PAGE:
San Diego, CA - While swimming with dolphins in Hawaii, Susan Wickermeir had a life-changing experience. During her swim, the dolphins honed in on her, circling her and nudging her chest. What she didn't yet know was that the dolphins were detecting a growth inside of her using their built-in sonar.
Dolphins have advanced sonar abilities that enable them to detect growths inside of our bodies, be they cancerous or a pregnancy. They are also one of the best defenders against sharks.
"The dolphins made me so happy," said Wickermeir. "I thought at first they were nudging my chest because they loved me. When I found out they were trying to tell me I had stage four lung cancer I was like, 'that's amazing.'"
Janeane Tedesco also got a grand slam of information from dolphins with whom she swam. "I was familiar with the dolphin sonar being able to detect illness or pregnancy. When I found out that I was pregnant with a sick baby I was like, 'awesome.'"
Both women returned home and were shocked to learn their health insurance did not have any dolphins listed as primary care physicians.
"I was told that because dolphins do not have a phone number or a medical degree they could not list them as primary care physicians," said Tedesco. "Just another example of profit-motivated big business. It's ridiculous and shameful."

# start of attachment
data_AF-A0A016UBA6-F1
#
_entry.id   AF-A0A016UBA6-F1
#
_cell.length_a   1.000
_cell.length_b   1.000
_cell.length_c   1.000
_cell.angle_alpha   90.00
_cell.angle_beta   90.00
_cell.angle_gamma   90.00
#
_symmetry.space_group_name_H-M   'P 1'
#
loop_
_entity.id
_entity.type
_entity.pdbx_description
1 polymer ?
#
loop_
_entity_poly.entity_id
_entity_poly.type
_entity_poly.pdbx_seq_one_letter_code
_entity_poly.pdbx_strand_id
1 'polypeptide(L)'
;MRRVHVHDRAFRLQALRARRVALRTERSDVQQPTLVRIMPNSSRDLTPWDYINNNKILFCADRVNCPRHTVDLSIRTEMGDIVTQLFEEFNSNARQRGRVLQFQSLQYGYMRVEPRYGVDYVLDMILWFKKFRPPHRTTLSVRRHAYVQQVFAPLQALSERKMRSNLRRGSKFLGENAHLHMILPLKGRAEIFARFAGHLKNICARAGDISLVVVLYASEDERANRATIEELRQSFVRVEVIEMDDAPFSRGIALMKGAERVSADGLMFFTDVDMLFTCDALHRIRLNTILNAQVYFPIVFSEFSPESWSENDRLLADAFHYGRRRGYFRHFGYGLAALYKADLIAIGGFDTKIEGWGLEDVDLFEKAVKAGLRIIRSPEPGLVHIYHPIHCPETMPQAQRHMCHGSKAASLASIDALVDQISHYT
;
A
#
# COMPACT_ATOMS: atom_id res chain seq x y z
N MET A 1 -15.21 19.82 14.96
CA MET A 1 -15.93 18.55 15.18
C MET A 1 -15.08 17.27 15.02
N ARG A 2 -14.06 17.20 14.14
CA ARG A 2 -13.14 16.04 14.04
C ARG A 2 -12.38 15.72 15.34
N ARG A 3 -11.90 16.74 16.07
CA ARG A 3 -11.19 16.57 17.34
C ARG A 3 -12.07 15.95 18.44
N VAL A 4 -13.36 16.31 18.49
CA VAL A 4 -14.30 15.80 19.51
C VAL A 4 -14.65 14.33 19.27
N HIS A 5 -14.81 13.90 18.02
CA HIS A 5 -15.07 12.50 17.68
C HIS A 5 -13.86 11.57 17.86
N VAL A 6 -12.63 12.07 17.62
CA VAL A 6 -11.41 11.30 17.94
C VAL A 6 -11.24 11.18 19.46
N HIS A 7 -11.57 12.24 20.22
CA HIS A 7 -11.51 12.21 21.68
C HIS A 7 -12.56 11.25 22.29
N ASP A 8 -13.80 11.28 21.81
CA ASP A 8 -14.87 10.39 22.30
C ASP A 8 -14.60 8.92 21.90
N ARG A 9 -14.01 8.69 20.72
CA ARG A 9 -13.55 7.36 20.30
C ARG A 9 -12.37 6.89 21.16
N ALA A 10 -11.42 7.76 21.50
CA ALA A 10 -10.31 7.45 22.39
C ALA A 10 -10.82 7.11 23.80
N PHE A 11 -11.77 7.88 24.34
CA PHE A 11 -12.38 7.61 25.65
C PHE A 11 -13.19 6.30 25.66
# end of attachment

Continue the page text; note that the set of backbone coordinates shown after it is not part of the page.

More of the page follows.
"We need to start giving honorary medical degree to dolphins. It's about moving our health system forward," said Dr. John Blackstone, a proponent of making dolphins valid primary care physicians. "In my practice, I employ three dolphins and patients love them. We're getting more and more requests for dolphin doctors."
"We have no way of following up with a dolphin and they can't fill out forms is one of the main blocks to their being accepted as a valid primary care physician," said the president of one major health insurance provider. "Another main block is they are fish mammals who live in the ocean and don't speak English."
Whether health insurance companies will start to allow dolphins into their plans is yet to be seen; dolphins aren't holding their blowholes either way. They continue to swim in the ocean, squeal, and jump in and out of the water.